France descending into militarized state ruled by fear
Valls quoted by Le Journal du Dimanche said: “I have always told the truth about terrorism: a war is underway, there will be more attacks. It’s hard to say, but other lives will be lost.”
Nine months ago, Hollande made similar grim forebodings of “France at war” following the Paris gun attacks in which 130 people were killed by five jihadist suicide attackers.
The State of Emergency declared after the November 13 atrocity was extended at the weekend by a further three months after 84 people were killed in Nice on Thursday night. In that attack a man plowed a 20-ton articulated truck into thousands of pedestrians watching the Bastille Day fireworks display in the French Riviera resort.
Some 120,000 police and troops are now reportedly deployed across France, up from the already record high level of 115,000 security personnel on alert during the Euro 16 football championship. A further 12,000 police reservists are being called called up.
It is now routine to see armed soldiers patrolling among shoppers and cafe goers along French city streets. Citizens have to submit to random checks on their bags, body pat downs and metal detector arches as they enter public buildings.
French Interior Minister Bernard Cazeneuve is urging“all French patriots” to join the police or army reserves.
There are even demands from Marine Le Pen, the National Front leader, for the return of compulsory national service.
Over the past year, thousands of French citizens have been arrested or had their homes raided by police without warrants. Some 20,000 people are said to be under surveillance by French authorities.
The State of Emergency has also seen the government banning public demonstrations against unpopular legislation to curtail workers’ rights. That unprecedented infringement on civil liberties has been justified as a necessary “national security” measure to combat terror threats.
France has thus entered a permanent emergency state, marked by high levels of police powers and militarization of society, and the suspension of democratic rights and freedoms. This is merely a few degrees away from outright dictatorship.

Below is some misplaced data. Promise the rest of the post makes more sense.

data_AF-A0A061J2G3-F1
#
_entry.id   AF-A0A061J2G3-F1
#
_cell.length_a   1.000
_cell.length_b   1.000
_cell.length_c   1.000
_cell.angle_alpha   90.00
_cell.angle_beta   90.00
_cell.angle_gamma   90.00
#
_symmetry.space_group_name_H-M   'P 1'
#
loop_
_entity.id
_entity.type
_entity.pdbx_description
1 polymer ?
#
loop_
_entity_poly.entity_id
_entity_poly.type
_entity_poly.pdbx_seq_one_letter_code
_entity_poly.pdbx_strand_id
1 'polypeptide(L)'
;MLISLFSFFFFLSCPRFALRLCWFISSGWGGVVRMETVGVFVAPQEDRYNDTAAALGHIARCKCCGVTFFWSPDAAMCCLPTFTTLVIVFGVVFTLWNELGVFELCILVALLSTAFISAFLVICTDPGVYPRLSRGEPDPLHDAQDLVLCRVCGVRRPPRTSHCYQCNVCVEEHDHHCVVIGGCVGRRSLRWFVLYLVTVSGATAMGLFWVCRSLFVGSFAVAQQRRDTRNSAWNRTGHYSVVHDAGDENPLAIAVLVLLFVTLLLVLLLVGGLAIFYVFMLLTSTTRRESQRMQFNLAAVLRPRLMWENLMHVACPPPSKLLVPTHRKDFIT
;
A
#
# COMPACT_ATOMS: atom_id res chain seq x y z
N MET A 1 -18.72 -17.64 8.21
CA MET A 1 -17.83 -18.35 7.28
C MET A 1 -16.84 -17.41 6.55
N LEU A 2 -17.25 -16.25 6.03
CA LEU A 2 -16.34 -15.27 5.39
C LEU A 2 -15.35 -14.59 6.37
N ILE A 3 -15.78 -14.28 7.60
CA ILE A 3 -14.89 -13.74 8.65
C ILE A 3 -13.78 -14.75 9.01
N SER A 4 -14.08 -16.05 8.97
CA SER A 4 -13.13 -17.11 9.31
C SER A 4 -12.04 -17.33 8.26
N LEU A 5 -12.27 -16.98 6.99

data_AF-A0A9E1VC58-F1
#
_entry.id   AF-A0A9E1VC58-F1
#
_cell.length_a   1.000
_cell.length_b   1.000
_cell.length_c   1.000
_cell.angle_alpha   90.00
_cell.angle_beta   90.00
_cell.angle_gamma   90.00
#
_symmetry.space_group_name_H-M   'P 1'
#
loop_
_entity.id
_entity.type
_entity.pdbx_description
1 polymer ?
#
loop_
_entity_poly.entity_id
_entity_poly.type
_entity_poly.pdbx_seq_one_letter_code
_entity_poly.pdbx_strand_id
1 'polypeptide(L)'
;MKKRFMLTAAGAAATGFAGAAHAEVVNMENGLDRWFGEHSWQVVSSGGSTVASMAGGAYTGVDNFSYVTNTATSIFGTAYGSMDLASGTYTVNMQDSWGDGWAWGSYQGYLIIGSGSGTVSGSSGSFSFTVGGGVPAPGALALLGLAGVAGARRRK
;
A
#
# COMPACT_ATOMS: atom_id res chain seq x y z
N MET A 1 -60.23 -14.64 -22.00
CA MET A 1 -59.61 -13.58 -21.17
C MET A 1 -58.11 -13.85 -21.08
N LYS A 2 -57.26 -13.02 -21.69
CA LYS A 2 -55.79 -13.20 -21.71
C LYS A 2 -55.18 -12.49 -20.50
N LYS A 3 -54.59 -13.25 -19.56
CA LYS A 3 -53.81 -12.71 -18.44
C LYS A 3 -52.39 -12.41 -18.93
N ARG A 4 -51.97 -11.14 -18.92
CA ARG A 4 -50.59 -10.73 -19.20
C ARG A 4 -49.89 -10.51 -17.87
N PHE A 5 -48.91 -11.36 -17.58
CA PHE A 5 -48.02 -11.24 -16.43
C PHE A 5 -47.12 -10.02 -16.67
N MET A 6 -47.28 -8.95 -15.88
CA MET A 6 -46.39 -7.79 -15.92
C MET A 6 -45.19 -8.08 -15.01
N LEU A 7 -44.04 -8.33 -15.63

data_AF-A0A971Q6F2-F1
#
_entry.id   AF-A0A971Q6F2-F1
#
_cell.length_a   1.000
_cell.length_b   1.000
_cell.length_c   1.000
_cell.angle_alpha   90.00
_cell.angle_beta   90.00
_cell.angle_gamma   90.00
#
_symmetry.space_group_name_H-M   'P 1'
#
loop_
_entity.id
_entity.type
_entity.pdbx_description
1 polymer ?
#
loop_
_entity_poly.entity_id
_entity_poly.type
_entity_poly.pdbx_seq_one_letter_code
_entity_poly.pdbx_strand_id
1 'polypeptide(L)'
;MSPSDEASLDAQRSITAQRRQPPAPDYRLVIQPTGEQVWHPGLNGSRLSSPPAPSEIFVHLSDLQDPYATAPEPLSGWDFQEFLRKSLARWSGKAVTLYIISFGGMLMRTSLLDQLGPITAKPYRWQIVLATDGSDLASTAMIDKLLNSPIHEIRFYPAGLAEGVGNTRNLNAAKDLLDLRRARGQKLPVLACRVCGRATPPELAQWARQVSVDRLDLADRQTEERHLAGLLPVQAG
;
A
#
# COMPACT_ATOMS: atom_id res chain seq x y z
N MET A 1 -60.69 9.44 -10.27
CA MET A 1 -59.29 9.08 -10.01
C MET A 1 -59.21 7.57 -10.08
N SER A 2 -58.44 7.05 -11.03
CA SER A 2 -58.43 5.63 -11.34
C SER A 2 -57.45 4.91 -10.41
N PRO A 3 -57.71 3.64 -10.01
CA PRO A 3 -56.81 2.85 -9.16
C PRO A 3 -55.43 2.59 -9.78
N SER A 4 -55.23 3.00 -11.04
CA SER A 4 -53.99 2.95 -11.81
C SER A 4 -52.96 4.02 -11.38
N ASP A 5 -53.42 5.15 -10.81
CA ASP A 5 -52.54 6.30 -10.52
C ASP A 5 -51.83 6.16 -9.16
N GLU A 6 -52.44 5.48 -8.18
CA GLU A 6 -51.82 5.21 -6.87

Ironically, the latest atrocity in Nice occurred on the national July 14 Bastille Day holiday celebrating the French Revolution and its historic proclamation of “liberty, equality and fraternity”. It is a moot question as to how much “liberty” French citizens are allowed to avail of by the authorities in the purported war against terrorism.
Not in dispute here is the fact of terror attacks on France. The mass shootings at the satirical magazine Charlie Hebdo in January 2015 and the Paris massacre in November were clearly carried out by individuals with links to jihadist terror groups.
However, in the Nice atrocity it is far from clear what the motives of the killer were. Tunisian-born Mohamed Lahouaiej Bouhlel (31) was said to be have deep psychological problems of depression and violence. Divorced and separated from his three children, his family said he was no “Islamist radical”. He reportedly drank alcohol and smoked during the Muslim fasting month of Ramadan, and friends say he had never been inside a mosque during his entire life.
Islamist terror group Daesh (Islamic State) may have claimed Bouhlel was “a soldier of the caliphate” following the killings in Nice. But there is no evidence of an organizational connection, even according to French investigators. The terror group made similar claims about the shooter in the Orlando, Florida, gay nightclub massacre last month. It turned out that the Orlando attacker, too, suffered from psychological troubles totally unrelated to terrorism.
On the Nice attack, French police sources have even speculated that Bouhlel may have been motivated by a desire to commit suicide than by Islamist ideology, and decided to make his suicide look like a terror plot, according to the Daily Telegraph.